Wednesday, August 13, 2008

. . . displayed more furniture




Here is a cute little table that I painted white, then distressed around the edges. Sorry for the blurry picture.





Another small table, painted the softest pale green and aged on the rim.





Yet another small table. . . probably the artsy-est thing I painted. It has a chocolate-brown base with a khaki glaze, then daubed with actual artist paints to give it a mottled look.




And the last table, a really nice piece that is black lacquer. This would actually work in many homes, mine included. In fact, it has been spending time in my computer room.


So I thought I was done with furniture painting for a while. . . wrong. I received another delivery of stuff yesterday: an armoire, a repro drysink with a copper lining, a pine cabinet, two rocking chairs, a record cabinet . . . and a few more things. Some will be fun to paint . . . the record cabinet is definitely a POS and I can only improve it, no way to screw it up. But I have been going balls to the wall on this stuff for a few weeks now, and I want a break to do something different. . . like maybe some art? And I think there is a photo journey coming up in the near future, like maybe tomorrow?


Here's a dilemma, and I need someone to think like the owner of this furniture place: He wants me to decide how I will be paid for the furniture pieces that he buys (at deep discounts from the end of estate sales) and that I repair and paint, like the pieces I've shown you today. It would not be reasonable to charge him on an hourly basis, because I had a huge learning curve. I would like to figure out some sort of percentage of the sale price, which would provide me with an incentive to keep the cost down . . . it's that percentage that is my problem. What would be a reasonable amount?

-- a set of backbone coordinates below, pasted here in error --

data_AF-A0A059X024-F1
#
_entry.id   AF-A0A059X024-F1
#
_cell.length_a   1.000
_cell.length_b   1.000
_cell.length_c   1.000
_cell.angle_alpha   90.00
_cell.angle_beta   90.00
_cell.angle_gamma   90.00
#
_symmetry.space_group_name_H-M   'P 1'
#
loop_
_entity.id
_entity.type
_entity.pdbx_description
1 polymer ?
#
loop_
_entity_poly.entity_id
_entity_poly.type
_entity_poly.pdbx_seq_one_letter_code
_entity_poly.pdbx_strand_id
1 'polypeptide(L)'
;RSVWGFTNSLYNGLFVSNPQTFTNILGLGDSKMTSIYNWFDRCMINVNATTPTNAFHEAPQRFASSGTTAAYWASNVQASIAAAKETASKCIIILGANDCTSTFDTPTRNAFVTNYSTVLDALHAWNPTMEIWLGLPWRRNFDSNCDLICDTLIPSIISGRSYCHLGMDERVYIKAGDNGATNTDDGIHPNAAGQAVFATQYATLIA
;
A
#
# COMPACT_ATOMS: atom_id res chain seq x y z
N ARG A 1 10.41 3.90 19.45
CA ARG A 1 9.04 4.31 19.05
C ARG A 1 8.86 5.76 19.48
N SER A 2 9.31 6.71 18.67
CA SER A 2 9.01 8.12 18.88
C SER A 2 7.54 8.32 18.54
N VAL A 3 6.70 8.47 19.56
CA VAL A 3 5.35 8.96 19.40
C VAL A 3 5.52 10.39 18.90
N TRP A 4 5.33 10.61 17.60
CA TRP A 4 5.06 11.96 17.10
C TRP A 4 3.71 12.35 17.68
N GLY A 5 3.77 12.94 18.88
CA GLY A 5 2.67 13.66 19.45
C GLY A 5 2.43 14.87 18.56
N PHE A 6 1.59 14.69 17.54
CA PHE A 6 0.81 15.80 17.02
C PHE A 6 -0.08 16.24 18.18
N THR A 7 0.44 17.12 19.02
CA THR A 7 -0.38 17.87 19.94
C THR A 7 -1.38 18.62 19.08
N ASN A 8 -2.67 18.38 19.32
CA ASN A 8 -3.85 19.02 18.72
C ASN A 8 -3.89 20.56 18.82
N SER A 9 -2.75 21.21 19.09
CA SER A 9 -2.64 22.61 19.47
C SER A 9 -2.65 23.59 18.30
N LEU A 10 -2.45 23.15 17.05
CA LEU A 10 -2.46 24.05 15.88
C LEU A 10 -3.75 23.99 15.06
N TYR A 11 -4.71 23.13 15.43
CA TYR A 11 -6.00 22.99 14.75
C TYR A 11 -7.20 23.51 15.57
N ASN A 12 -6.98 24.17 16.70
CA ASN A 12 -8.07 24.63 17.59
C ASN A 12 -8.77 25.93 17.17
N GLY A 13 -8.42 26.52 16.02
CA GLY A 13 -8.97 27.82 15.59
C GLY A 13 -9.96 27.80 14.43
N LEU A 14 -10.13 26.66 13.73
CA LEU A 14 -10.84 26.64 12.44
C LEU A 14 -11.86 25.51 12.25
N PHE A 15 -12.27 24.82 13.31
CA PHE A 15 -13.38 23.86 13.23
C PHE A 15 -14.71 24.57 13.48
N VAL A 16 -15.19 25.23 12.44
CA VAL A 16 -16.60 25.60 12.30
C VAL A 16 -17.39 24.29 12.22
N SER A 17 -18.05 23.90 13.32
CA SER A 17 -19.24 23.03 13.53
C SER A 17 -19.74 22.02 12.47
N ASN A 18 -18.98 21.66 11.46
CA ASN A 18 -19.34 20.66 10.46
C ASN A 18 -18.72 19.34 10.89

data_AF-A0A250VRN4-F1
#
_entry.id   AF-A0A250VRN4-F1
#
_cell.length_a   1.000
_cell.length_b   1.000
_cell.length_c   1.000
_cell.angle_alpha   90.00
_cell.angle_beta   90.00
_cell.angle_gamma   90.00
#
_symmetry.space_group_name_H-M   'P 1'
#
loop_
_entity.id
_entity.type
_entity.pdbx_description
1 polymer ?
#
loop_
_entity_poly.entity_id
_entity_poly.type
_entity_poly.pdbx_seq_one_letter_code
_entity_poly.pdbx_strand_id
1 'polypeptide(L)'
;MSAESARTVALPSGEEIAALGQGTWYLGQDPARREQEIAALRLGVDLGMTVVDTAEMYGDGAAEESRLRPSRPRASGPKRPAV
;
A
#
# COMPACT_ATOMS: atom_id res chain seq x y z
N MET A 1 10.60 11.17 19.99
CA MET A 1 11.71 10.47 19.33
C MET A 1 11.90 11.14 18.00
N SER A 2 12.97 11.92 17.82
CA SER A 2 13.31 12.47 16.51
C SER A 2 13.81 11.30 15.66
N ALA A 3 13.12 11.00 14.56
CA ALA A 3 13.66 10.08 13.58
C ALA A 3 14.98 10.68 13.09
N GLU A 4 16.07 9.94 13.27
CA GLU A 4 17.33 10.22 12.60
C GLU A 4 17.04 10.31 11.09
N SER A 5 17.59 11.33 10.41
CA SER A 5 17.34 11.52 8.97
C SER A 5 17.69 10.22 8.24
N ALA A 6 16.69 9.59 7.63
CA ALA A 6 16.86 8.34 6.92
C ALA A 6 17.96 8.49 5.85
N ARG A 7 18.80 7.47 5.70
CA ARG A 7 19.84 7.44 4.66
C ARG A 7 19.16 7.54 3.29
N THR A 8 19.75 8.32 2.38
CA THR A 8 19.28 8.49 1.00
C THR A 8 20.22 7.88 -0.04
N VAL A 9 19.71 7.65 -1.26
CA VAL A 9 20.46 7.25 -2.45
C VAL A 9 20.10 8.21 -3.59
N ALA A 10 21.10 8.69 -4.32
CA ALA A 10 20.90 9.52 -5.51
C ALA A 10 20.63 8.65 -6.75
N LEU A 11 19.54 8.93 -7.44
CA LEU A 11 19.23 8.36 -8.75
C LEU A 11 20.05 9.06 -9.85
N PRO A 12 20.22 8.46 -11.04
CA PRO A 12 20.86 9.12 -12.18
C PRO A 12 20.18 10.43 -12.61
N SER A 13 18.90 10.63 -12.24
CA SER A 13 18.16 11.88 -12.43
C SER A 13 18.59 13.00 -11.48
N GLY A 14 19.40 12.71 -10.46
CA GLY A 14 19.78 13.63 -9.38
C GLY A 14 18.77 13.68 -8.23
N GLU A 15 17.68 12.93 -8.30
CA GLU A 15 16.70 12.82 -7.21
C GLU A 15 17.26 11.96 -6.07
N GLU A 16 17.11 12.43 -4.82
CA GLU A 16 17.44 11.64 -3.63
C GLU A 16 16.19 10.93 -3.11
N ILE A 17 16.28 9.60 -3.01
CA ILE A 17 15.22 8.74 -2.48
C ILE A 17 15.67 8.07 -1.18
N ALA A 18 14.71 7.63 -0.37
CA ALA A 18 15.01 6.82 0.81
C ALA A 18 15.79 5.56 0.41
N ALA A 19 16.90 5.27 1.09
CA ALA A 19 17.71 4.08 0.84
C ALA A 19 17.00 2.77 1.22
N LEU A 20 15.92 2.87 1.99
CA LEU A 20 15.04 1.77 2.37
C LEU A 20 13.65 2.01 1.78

For instance, if he paid $20 for something, and he sells it for $200, would it be reasonable for him to get back his $20 and then we split the difference 50/50? The problem is that I won't know for sure what he paid for any piece, and although I trust him, I don't want to be a dope, either. Maybe just 50/50 on the sale price? My thinking is that had I not repaired and painted the piece, he would not have been able to sell it for much more than he paid for it. Of course, I have to assume that the piece will sell, and I will have to wait to be paid until it does sell. That's another incentive for me to do good work, but then there's the time-value of money, too. Anyone out there in cyberspace know anything about this kind of calculation? Suggestions are not only welcomed, I'm begging for them.

6 comments:

self taught artist said...

I have no clue, but wondering could he show you receipts for what he paid? then you do the 50/50 like you said?
good for you, sounds like you got yourself a business right now!

Mary Buek said...

Paula, I guess I was wondering if 50-50 was too big a percentage for me, but the more I think about it, the more I think it's fair. I have some the world's greatest minds working on this subject. . . my lawyer daughter, my finance son and my business/computer guru sone-in-law. I bet they come up with some convoluted plan that would fit a B-school model. I just want easy.

Laura said...

I don't really have much of a clue either (pricing is always hard for me!), but I'd say 50-50 is definitely fair to him. YOU did all the work. Will be interested to hear what your "great minds" come up with.

self taught artist said...

yeah 50/50 seems steep at times but then if you are taking days to sand and paint etc. and he is (at least it sounds like it) maybe buying this furniture on the cheap side and marking it up big time you should get half. I kind of agree with the whole enjoy it thing. Grow and learn from it and initially be glad you are even getting money for it. I sometimes feel that way about the gallery stuff...in reality I am not getting much after I subtract my costs, an $800 piece, half goes to the gallery and subtract my time and money you get the picture. I try to push that out of my head and just be glad I'm building a little following.

Mary Buek said...

Laura and Paula: I was kind of thinking along the lines of a gallery, too, like figuring the piece of furniture is the canvas. The artist pays for the supplies, etc. and splits the sale price 50-50. The only difference is that here, the guy is providing the "canvas" so if he recoups the cost of the "canvas", we have a gallery-type arrangement. Make sense?

self taught artist said...

makes sense to me!